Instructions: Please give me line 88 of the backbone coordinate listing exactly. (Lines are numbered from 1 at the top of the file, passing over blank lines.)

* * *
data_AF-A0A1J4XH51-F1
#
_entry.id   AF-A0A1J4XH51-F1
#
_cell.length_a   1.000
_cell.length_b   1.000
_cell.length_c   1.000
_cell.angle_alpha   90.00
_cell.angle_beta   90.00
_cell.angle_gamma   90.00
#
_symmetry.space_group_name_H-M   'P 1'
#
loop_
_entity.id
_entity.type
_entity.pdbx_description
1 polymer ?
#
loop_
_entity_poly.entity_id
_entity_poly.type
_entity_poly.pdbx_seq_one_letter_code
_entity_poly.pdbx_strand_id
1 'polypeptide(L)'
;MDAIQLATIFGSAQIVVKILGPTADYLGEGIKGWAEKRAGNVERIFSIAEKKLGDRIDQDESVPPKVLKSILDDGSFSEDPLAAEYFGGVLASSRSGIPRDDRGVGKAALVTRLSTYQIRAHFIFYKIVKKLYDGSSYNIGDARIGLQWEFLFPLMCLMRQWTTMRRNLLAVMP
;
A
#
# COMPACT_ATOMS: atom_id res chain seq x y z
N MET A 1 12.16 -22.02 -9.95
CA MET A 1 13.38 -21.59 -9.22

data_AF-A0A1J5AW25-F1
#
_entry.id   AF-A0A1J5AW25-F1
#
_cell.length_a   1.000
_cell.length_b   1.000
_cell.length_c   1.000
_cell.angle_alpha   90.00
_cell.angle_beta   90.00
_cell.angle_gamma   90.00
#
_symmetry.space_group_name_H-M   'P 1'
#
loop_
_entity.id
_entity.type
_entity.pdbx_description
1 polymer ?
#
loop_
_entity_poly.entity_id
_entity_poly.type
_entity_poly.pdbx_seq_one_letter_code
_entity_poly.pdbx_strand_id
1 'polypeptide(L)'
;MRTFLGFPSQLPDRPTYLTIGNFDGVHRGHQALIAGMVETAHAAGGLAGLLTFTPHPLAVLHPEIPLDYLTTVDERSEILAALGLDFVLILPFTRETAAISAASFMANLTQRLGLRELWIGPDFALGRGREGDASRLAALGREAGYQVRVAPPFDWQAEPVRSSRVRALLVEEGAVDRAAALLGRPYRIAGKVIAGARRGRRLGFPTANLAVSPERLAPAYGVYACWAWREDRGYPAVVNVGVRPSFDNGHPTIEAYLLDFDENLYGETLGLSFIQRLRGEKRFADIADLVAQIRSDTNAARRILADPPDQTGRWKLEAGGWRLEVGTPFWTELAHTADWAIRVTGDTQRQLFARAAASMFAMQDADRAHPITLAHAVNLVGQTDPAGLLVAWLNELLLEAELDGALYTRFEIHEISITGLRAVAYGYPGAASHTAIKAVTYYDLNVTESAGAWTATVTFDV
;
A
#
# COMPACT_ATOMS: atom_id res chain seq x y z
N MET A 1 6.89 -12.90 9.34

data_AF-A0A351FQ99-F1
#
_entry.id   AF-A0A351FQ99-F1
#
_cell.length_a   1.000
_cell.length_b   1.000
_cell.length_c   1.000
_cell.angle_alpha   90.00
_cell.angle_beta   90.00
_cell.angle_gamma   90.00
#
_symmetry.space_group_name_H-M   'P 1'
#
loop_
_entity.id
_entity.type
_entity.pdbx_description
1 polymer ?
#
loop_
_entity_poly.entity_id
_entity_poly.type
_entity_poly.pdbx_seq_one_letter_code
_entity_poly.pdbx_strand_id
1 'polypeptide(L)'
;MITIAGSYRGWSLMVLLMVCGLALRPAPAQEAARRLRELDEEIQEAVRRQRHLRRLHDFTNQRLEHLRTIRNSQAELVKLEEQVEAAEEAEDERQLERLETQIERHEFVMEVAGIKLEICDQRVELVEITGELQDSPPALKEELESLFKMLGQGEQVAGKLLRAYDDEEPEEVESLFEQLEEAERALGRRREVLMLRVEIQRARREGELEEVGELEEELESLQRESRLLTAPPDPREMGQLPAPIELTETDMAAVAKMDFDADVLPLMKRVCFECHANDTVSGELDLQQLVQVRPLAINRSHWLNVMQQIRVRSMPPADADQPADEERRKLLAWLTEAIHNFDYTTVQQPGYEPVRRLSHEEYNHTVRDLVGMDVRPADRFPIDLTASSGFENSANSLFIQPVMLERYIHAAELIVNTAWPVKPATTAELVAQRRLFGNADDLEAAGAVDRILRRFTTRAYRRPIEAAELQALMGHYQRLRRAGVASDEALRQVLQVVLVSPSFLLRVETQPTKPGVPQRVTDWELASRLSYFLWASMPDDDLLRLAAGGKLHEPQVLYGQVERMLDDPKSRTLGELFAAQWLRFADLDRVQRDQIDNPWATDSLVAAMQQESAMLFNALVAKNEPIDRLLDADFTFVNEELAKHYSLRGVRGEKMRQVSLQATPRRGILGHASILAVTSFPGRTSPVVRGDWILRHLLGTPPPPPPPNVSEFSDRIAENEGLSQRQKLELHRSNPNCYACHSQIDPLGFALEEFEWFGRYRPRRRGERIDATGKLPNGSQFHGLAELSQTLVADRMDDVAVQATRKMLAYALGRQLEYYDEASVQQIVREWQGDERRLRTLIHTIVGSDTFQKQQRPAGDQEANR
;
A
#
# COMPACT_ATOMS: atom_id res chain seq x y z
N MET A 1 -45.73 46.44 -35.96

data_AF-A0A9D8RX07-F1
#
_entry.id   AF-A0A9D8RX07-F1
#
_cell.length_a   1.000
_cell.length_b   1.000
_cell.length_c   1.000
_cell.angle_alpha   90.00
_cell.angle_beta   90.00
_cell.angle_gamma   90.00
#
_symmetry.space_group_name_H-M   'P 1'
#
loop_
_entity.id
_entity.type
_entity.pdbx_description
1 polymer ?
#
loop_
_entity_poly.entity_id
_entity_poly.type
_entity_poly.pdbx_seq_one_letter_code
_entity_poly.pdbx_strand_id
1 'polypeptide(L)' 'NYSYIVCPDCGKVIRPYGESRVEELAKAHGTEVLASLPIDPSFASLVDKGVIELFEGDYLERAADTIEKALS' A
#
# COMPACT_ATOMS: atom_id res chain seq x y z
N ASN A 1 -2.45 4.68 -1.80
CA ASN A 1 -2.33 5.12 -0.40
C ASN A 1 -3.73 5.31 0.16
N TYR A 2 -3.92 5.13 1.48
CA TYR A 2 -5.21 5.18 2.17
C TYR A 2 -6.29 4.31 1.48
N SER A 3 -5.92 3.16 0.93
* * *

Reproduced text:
1 'polypeptide(L)'